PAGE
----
As I’m sure many of you have been aware since Halloween…Christmas is coming!
I, however, do not believe in full blown Christmas activities until after Thanksgiving. (Of course nobody said you can’t start planning early! I’ve been building a Christmas board [opens in new window] on pinterest since September)
Christmas is my favorite time of year, thankfully it’s also Rob’s. We got married on Christmas Eve, which just makes the holiday that much more special. As fairly newly weds, (2 years this Christmas) we are laying the groundwork for family traditions. When I was growing up we had quite a few family traditions that made the holiday’s special. Certain things we did, or foods we ate etc. My favorites have always been the food!
Over thanksgiving this year, my mother-in-law gave us a turkey and some other fixings. I’ve never cooked a turkey before….can you eat turkey when it’s not a holiday? That seems weird…. So, I decided to start a new tradition. An Advent Feast, a big meal on December 1st to celebrate the beginning of the Christmas season. We ate a big meal, had some cocktails, watched a christmas movie (White Christmas)…I can only dream of the other fun things we could do once kids are in the picture!
What does all this have to do with pumpkin?
I had some little pumpkins leftover from the fall, they needed to be eaten soon, they were taking up too much space in the kitchen. I didn’t really want to bother making a pie… it takes too long! (and I didn’t have any ice cream or whipped cream…) My main method of cooking is to look around the kitchen and concoct something with the stuff I have on hand. Honestly some of my most delicious meals have been made that way. This is a method I learned cooking over an open hearth in an 1830’s home. (my summer job) At the Biddle house, we go and look through the cupboards, look to see what’s going bad, use up any leftovers there are and try to create a meal using those ingredients! They couldn’t really just pop over to the supermarket in the 1830’s to get this ingredient or that ingredient. (Besides that can get expensive!) So make do with what you have, or do without.
I started by steaming the pumpkin…just enough to get skins off. Once this was done, I pulled the pumpkin out of the pot and laid the pieces out on the cutting board to cool. They are REALLY hot! So go do something else for 5-10 minutes (instead of burning your fingers like I did…) once they cooled, I peeled the skin off all the pieces. It should come off really easily if the pumpkin has cooked enough, I use a fork or knife to scrape it off. I also cut up the pumpkin into 1″ pieces, so it’ll cook the rest of the way faster! Back into the pot we go!
Once all the pieces were in, I stuck it back on low-med heat. Added some milk, butter, brown sugar, cinnamon, nutmeg and ground ginger. Then stuck a lid on and simmered for a while, stirring every now and then. Soon all the pumpkin was cooked thoroughly and I stirred it vigorously with a wooden spoon to break it up. You should have a thick smooth pumpkin mash. (Like a really thick smoothie) The pumpkin made a wonderful addition to our feast, and it was very easy to do! Though pumpkin always takes way longer to cook than I think it should. It was a great flavor and texture contrast to the turkey and stuffing, we also had a cheesy broccoli rice side, cranberry sauce (from a can…there’s just something about that stuff…), gravy from the pan drippings (best part!). Rob also made us some lovely appetizers, PB&J ritz crackers, (surprisingly delicious!)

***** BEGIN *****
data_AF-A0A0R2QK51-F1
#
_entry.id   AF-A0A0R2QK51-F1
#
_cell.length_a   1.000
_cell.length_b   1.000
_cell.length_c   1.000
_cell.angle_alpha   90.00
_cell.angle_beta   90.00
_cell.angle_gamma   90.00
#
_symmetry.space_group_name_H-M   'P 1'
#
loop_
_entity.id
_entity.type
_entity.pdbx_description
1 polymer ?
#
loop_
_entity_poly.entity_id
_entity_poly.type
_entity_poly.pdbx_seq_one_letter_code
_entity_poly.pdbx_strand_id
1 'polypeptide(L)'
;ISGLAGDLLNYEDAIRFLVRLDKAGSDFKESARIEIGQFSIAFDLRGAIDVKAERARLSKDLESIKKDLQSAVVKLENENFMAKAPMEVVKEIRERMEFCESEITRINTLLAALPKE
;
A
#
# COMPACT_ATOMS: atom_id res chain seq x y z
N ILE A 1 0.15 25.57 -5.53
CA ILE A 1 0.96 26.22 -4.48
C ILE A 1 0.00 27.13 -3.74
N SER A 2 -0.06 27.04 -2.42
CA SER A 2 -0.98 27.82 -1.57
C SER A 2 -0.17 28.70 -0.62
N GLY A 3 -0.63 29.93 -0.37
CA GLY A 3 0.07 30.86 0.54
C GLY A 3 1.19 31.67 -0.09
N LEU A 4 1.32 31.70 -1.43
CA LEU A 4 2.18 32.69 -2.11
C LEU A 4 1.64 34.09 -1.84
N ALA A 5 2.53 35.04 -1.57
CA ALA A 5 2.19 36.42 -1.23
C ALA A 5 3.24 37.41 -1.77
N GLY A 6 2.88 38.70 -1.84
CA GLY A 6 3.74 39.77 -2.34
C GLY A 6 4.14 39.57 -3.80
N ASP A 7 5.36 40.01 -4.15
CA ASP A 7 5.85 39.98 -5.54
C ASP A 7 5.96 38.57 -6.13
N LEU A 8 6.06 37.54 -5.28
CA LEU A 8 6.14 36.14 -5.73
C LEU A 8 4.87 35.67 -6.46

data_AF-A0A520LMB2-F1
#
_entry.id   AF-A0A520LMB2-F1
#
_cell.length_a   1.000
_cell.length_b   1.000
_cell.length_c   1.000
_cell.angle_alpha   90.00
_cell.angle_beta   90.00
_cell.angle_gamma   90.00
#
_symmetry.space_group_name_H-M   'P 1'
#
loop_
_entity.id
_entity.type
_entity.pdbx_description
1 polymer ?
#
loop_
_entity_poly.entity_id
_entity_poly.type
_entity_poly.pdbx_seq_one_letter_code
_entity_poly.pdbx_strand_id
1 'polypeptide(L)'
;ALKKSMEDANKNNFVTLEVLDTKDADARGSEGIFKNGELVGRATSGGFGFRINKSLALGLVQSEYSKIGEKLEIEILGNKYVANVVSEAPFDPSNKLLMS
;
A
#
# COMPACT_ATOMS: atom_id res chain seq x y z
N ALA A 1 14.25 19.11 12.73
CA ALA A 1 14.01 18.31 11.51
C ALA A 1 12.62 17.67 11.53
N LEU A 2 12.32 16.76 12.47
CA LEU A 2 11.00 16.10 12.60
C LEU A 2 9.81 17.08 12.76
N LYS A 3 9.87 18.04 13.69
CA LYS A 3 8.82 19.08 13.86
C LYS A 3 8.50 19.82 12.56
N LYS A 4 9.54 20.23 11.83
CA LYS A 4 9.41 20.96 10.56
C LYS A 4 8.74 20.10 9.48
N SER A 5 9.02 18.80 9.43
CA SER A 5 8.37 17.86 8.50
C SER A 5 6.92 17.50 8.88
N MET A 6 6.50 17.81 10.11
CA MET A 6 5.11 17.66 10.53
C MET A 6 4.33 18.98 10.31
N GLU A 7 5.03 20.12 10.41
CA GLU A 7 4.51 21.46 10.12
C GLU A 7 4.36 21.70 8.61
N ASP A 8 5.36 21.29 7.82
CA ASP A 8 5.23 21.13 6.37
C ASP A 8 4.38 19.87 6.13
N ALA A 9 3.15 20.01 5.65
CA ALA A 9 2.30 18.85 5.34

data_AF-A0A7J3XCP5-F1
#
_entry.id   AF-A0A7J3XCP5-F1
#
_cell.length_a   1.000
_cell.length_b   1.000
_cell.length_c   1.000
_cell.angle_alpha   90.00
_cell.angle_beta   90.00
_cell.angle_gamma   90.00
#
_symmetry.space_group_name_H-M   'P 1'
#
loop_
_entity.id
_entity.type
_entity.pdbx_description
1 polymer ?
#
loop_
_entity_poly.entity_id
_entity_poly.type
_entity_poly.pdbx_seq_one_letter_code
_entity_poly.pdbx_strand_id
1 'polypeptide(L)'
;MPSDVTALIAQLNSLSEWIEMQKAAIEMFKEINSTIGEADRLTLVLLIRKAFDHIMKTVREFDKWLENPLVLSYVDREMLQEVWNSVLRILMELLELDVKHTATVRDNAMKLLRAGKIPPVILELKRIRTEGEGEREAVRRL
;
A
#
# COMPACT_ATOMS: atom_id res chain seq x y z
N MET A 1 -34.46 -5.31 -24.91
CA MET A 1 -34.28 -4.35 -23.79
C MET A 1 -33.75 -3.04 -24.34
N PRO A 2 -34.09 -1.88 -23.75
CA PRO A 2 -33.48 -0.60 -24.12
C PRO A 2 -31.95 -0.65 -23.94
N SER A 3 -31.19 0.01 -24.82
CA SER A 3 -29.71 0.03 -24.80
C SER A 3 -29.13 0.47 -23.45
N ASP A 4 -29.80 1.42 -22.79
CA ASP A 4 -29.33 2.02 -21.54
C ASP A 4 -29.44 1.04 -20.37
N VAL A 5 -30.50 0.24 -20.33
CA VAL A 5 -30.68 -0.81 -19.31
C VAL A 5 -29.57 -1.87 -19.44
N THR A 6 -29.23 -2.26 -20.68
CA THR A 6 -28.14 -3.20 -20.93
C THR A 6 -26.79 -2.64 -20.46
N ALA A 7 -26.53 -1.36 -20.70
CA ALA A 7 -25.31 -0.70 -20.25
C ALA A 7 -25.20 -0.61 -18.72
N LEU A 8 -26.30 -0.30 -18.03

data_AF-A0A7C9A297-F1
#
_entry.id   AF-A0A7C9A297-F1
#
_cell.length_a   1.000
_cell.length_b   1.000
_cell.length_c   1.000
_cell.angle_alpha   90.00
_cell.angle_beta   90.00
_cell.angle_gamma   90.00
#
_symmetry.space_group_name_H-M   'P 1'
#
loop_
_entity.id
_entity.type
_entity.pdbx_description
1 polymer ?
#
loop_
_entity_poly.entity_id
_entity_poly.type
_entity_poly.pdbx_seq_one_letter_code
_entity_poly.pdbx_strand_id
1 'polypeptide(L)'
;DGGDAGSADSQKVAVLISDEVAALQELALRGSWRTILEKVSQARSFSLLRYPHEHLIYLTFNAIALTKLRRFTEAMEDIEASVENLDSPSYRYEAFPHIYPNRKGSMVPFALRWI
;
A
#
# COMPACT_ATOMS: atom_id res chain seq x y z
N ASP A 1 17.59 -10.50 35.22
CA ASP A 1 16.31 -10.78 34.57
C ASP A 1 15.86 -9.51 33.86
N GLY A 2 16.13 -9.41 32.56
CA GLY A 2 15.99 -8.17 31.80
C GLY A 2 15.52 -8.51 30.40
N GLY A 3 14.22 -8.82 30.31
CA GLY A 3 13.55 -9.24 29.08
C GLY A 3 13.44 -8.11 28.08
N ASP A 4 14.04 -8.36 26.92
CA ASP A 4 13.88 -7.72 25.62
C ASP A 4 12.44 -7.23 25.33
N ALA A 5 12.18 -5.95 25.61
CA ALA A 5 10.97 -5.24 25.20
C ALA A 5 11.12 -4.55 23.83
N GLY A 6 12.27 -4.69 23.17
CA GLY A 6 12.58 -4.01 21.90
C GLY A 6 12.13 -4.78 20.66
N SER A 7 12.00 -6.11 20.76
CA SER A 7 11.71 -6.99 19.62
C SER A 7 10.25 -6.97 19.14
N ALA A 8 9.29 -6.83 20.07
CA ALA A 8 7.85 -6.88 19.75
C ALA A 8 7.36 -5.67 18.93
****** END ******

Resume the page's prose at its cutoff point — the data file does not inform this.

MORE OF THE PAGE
For those of you who know me, you know that when I cook I rarely use recipes, in fact half the time I’m making it up as I go along and hoping for the best. (Usually it turns out great! I have been blessed with a culinary instinct) However for the purpose of the blog I hope to share some of my recipes with you. Just don’t expect exact measurements, times, etc. Pretend like I’m your grandmother who just “cook’s it until it’s done!” I am also going to assume that you have a basic working knowledge of the kitchen…like your grandmother taught you. If you don’t, what kind of things would you like to learn? Maybe I can write a post about it!
If you want to make this at home;
follow the steps above (if you need more detail let me know!)
these are the ingredients you’ll need; (with approximate amounts)
– fresh pumpkin ( 2 med whole. 3-4 cups cooked)
– Milk ( 1 cup, adjust for consistency, you don’t want the final pumpkin to be too runny)
– Butter (to taste, 3-4T. I believe in real unsalted butter, it tastes better, it’s not THAT bad for you, and is better than all the chemicals in most margarine)
– Cinnamon ( about a teaspoon or two, adjust to your tastes)
– Nutmeg ( a few dashes, 1/2t or so)
– Ginger ( 1/2 – 3/4t)
You could also add a wee dash of clove, I just didn’t have ground cloves on hand.
This dish was a great addition to our holiday advent feast, and I think I’ll add it to future meals as well. It’s a very simple dish and aside from the pumpkin you probably already have all the ingredients on hand! You might be able to use canned pumpkin, (just make sure it’s not pumpkin pie filling!) though you may have to adjust the milk. Maybe add just a small splash of cream instead.